Vauxhall first knew about Zafira fires in 2009
Vauxhall has revealed it first recorded a Zafira car bursting into flames due to a problem with its h eating and ventilation system in 2009, several years before owners were contacted over the issue.
Campaigners claim more than 300 Zafiras have caught fire in recent years, leaving their occupants with just a few seconds to escape without harm.
In December, Vaux all wrote to all 234,938 Vauxhall Zafira B owners as it launched the first of two recalls in a bid to fix the problem.
Peter Hope, director of c ustomer experience and corporate strategy at Vauxhall, told the Commons' Transport Select Committee that it first recorded a case of a Zafira suspected of catching fire over the issue in February 2009.
Asked by committee chair Louise Ellman why Vauxhall waited until 2014 before a full investigation was carried out, Mr Hope said: "Often when fires are reported (the cause is) not clear - either because the vehicles themselves are totally destroyed or because we don't have access to the vehicle to inspect it .
"For those vehicles prior to 2014, we didn't have enough evidence from the reporting system that we had to identify this as an issue that we could take action with.
"From 2014 onwards, there was a recognition of a pattern and that was then investigated extensively with our engineers."
Committee member Stewart Malcolm McDonald told the Vauxhall director: "This isn't good enough. You knew the car wasn't safe and you sat on your hands for so long."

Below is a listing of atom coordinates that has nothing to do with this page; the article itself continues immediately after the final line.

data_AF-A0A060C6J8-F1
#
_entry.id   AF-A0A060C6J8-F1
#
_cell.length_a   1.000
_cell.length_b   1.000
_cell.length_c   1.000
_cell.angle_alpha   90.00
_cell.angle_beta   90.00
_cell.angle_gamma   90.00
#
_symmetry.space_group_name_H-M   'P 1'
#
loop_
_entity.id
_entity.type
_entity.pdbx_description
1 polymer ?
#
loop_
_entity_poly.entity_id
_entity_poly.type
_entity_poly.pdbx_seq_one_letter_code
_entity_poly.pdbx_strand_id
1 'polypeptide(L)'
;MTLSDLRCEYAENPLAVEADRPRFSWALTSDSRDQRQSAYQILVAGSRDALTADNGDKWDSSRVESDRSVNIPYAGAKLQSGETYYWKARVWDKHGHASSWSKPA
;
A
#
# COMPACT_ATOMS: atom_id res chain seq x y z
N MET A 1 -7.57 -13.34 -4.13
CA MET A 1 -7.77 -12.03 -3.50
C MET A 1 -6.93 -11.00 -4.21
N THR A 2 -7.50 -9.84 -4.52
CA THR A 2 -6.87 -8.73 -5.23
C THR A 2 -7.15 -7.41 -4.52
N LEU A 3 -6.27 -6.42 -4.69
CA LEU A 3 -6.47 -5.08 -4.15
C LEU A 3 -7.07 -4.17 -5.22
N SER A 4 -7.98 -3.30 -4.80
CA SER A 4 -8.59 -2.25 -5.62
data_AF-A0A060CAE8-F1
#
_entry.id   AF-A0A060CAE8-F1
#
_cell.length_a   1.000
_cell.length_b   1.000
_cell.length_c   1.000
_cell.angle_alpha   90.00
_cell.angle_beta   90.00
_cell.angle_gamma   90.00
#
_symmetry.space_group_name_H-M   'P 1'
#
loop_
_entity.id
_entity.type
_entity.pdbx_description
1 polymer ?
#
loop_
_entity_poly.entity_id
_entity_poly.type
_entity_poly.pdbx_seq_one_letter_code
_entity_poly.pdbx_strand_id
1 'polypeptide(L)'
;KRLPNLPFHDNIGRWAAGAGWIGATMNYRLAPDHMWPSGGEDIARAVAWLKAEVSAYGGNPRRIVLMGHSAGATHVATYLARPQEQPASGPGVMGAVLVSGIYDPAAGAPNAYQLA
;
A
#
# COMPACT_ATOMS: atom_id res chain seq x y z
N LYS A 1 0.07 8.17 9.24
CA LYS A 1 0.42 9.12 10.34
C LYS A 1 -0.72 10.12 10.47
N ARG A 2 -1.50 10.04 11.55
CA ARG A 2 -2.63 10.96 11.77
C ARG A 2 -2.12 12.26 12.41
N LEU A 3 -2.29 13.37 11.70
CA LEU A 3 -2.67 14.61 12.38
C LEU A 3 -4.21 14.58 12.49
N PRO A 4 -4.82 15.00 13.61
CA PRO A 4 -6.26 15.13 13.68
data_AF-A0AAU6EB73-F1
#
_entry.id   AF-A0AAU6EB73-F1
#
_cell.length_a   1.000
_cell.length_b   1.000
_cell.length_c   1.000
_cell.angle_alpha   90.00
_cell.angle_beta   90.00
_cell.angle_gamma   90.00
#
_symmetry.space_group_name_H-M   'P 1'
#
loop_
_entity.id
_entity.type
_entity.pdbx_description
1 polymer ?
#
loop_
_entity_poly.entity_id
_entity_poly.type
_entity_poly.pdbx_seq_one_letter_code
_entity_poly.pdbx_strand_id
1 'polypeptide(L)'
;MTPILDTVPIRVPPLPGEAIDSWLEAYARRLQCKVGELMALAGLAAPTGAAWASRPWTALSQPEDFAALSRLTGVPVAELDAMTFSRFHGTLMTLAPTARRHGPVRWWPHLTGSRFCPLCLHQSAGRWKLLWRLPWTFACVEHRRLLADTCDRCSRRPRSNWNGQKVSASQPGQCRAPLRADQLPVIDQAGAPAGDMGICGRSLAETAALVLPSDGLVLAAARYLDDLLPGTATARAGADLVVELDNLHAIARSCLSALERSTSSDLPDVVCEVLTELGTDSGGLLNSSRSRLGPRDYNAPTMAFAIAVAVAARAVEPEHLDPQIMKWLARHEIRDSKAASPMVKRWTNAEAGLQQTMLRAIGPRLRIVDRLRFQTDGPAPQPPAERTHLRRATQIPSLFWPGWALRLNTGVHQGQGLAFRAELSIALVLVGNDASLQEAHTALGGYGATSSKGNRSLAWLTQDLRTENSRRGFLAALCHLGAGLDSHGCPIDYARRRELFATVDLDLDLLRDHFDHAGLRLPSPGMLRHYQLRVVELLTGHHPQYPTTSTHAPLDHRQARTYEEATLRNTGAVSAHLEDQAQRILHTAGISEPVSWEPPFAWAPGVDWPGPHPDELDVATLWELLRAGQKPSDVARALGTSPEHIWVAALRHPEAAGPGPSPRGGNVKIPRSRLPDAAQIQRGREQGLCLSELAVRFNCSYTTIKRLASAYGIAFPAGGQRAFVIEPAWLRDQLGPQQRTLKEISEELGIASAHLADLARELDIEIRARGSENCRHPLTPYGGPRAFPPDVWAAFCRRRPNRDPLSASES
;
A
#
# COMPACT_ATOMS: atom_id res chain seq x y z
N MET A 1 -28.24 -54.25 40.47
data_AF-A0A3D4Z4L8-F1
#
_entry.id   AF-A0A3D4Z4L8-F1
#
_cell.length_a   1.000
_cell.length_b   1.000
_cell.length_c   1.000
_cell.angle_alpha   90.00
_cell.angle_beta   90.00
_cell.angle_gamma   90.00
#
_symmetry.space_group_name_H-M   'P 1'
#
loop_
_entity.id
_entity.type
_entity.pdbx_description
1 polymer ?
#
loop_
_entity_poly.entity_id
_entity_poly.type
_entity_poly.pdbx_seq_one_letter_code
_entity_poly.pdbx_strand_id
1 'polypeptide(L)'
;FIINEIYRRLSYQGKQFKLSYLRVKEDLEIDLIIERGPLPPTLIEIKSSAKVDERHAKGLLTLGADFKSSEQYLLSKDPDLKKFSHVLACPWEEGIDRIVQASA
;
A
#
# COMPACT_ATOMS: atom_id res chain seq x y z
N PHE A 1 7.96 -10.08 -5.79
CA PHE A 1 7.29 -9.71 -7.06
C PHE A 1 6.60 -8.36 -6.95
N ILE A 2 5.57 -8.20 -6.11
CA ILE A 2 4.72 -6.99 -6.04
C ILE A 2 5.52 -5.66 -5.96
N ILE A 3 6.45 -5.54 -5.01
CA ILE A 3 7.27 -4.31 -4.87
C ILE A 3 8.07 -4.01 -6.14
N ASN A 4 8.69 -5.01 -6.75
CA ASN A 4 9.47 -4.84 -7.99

The SNP MP described the company's response as "wholly inadequate", and - citing the Volkswagen diesel emissions scandal - asked Mr Hope why the car industry "seems to treat its customers with complete contempt".
In his response, Mr Hope said: "There are always areas of any manufacturer's actions where you think 'I would have loved to have either known that earlier or taken action earlier'.
"But we didn't at that stage. Is that acceptable, is that something I feel happy with? No.
"But what I'm really trying to assure you is that it is never about casualness or contempt or a lack of taking this seriously. That is not the way we think."
Figures released in May by London Fire Brigade (LFB) show it has attended 120 Zafira fires since 2013, including 14 this year.
Vauxhall launched a first recall of the cars in December to correct the issue, which it said was caused by improper repairs to the people carrier's blower motor resistor.
Described by the car maker as "preventative action", the second recall - announced in May - will involve "improving the overall robustness of the system" as opposed to simply replacing the resistor and its fuse, which the firm started doing last year.
Steve Gooding, director of motoring research charity RAC Foundation, said: "The Zafira saga drags on, yet the biggest question probably relates to the future, not the past.
"Vauxhall announced in May that its latest recall will be staggered and won't start until next month. How does that square with what appears to be an ongoing fire risk?"